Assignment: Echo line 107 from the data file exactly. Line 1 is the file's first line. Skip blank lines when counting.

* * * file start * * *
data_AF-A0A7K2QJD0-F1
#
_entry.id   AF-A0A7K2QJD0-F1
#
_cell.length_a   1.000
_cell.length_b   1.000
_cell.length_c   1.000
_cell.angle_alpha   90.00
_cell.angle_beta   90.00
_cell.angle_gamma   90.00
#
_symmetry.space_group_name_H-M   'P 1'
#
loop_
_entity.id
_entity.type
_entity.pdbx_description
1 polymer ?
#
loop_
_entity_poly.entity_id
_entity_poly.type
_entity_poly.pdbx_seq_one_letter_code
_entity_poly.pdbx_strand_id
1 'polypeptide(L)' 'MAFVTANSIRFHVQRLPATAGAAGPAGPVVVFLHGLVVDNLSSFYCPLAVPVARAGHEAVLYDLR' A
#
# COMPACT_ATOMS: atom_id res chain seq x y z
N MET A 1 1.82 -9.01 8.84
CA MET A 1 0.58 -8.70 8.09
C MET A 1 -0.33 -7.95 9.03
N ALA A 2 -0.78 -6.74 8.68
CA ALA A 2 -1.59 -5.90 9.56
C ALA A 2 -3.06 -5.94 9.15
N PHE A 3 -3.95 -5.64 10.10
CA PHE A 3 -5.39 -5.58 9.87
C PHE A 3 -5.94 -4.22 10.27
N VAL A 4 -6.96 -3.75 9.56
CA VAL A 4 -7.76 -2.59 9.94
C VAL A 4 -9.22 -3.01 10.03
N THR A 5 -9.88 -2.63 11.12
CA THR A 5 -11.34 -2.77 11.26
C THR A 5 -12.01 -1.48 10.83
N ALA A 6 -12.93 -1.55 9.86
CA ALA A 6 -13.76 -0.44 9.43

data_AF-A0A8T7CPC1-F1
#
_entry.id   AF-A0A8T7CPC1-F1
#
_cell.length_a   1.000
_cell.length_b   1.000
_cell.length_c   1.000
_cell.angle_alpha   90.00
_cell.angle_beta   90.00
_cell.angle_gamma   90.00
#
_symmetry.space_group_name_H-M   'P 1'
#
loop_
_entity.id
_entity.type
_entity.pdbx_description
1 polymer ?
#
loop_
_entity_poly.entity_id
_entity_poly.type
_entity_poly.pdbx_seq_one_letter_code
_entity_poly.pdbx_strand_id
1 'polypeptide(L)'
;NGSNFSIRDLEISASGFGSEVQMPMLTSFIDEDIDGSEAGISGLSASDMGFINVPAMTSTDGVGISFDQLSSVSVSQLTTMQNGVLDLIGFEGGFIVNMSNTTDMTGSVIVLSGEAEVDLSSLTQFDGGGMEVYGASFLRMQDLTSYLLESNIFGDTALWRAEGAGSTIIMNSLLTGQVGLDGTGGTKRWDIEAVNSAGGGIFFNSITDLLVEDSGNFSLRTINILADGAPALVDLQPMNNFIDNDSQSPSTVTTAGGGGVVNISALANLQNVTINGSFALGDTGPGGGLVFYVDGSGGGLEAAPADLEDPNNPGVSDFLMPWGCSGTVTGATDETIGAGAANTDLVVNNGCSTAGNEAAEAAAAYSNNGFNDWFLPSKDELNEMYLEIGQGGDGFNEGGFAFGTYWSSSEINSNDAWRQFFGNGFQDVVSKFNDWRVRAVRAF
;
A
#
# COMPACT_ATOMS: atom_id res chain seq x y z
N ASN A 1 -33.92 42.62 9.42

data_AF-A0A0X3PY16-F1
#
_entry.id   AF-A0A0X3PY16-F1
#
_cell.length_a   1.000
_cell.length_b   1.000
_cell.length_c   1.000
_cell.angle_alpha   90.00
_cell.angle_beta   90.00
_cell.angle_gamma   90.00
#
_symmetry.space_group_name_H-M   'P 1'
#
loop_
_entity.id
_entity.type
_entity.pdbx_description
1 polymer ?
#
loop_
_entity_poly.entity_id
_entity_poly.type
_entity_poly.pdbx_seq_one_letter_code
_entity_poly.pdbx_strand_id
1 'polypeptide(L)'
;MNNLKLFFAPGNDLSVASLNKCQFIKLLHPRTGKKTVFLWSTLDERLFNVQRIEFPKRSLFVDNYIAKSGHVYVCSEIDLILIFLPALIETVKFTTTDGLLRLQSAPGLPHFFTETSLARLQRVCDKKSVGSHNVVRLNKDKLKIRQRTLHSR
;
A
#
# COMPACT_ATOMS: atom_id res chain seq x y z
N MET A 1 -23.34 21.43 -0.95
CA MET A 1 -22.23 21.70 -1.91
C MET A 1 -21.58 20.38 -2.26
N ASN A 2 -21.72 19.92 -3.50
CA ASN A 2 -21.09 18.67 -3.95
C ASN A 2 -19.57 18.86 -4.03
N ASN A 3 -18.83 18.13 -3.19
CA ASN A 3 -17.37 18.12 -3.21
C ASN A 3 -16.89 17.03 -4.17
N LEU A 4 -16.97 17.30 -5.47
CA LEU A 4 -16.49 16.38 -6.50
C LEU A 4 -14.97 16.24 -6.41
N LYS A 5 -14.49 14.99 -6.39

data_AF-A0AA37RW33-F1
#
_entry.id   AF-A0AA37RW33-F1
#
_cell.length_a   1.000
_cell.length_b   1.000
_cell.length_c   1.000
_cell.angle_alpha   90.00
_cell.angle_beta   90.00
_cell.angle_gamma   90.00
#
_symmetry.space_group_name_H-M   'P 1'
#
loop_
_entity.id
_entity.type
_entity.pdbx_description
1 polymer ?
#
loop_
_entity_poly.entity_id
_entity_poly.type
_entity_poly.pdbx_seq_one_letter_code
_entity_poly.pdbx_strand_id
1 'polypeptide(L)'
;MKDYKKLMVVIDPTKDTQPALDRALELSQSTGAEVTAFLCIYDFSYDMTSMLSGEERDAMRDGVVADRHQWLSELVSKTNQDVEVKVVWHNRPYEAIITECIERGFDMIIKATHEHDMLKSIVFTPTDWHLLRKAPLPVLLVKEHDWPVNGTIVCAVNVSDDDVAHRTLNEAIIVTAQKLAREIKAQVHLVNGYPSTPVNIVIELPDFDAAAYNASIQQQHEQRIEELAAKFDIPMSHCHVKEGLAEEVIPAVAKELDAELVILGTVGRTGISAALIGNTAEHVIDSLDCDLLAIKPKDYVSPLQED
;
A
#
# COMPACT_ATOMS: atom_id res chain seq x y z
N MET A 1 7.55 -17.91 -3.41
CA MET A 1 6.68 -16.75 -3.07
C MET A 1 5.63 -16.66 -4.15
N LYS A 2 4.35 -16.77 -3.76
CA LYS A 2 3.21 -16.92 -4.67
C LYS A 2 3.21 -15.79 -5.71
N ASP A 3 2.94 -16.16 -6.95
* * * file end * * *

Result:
CA MET A 1 -22.23 21.70 -1.91